The California Attorney General worked hard to get the Golden State’s share of the national mortgage settlement — $25 billion meant to go from big banks to American families.
Everyone was on board and the money was meant to flow to distressed homeowners in hopes of staving off more foreclosures.
It was a feel good moment for everyone, one we could all get behind.
Then the state stepped in and had to ruin this nice thing for everyone.
The state funneled some of that money, $331 million, to programs it deemed more in need of attention. It used, rather stole, this money intended for homeowners to give it to someone else.
And on Friday, a judge ruled they have to give it back. Better late than never, but really California, now other states are going to get sued for the exact same thing.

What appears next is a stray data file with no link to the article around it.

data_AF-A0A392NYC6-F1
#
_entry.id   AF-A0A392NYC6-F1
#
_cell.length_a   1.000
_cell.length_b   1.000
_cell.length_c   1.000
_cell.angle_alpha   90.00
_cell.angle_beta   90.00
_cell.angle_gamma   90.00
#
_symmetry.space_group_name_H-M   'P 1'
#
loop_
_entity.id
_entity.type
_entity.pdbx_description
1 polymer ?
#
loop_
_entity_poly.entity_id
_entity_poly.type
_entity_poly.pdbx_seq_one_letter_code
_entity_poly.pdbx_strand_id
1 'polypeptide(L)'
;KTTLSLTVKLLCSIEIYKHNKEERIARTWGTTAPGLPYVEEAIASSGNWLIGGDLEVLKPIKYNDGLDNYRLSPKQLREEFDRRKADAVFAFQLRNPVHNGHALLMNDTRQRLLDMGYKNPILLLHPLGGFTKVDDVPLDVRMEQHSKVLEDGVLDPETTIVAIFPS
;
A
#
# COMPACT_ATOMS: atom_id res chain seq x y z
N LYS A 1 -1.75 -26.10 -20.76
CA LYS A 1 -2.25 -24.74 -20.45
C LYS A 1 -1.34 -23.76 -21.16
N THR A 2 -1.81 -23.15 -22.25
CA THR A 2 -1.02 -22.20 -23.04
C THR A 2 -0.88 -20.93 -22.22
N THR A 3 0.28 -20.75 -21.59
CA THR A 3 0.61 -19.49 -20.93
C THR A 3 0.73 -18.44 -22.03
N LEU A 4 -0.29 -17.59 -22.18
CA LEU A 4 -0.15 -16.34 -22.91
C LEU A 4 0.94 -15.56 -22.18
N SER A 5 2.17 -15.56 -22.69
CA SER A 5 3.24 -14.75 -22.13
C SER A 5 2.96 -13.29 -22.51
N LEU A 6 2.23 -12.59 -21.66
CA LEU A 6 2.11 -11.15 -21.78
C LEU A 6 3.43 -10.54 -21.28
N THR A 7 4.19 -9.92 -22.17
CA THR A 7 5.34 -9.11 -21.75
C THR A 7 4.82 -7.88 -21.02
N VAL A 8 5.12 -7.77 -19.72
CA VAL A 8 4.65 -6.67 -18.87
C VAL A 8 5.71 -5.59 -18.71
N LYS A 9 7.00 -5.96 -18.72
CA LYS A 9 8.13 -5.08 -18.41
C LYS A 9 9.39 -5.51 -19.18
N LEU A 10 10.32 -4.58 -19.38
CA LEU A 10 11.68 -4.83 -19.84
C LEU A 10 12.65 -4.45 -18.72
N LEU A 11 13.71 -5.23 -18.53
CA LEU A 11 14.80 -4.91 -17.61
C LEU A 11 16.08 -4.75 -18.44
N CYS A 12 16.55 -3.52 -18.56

“We’ve identified about a dozen states where it might be appropriate to take action,” said Robert Gnaizda, general counsel to one of the plaintiffs, the National Asian American Coalition, as quoted in coverage from the New York Times’ Gretchen Morgenson.
“We decided not to go forward with other actions until this case was decided.”
The state of California played with the lives of some of its most vulnerable citizens for its own gains. It ruined something that could be seen as an all-around victory.
Maybe, with Friday’s ruling, the other states in question will take some initiative and began to return the money to the rightful homeowners who deserved it two years ago, if they are even in their homes anymore.
h/t: Neil Barofsky’s twitter. He is the former special inspector general of the Troubled Asset Relief Program and a partner at plaintiff law firm Jenner & Block, according to this article.
He sent this tweet earlier.
California Has to Repay $331 Million to Homeowners Fund, Court Rules http://t.co/G9cJ0sh2wk— Neil Barofsky (@neilbarofsky) June 15, 2015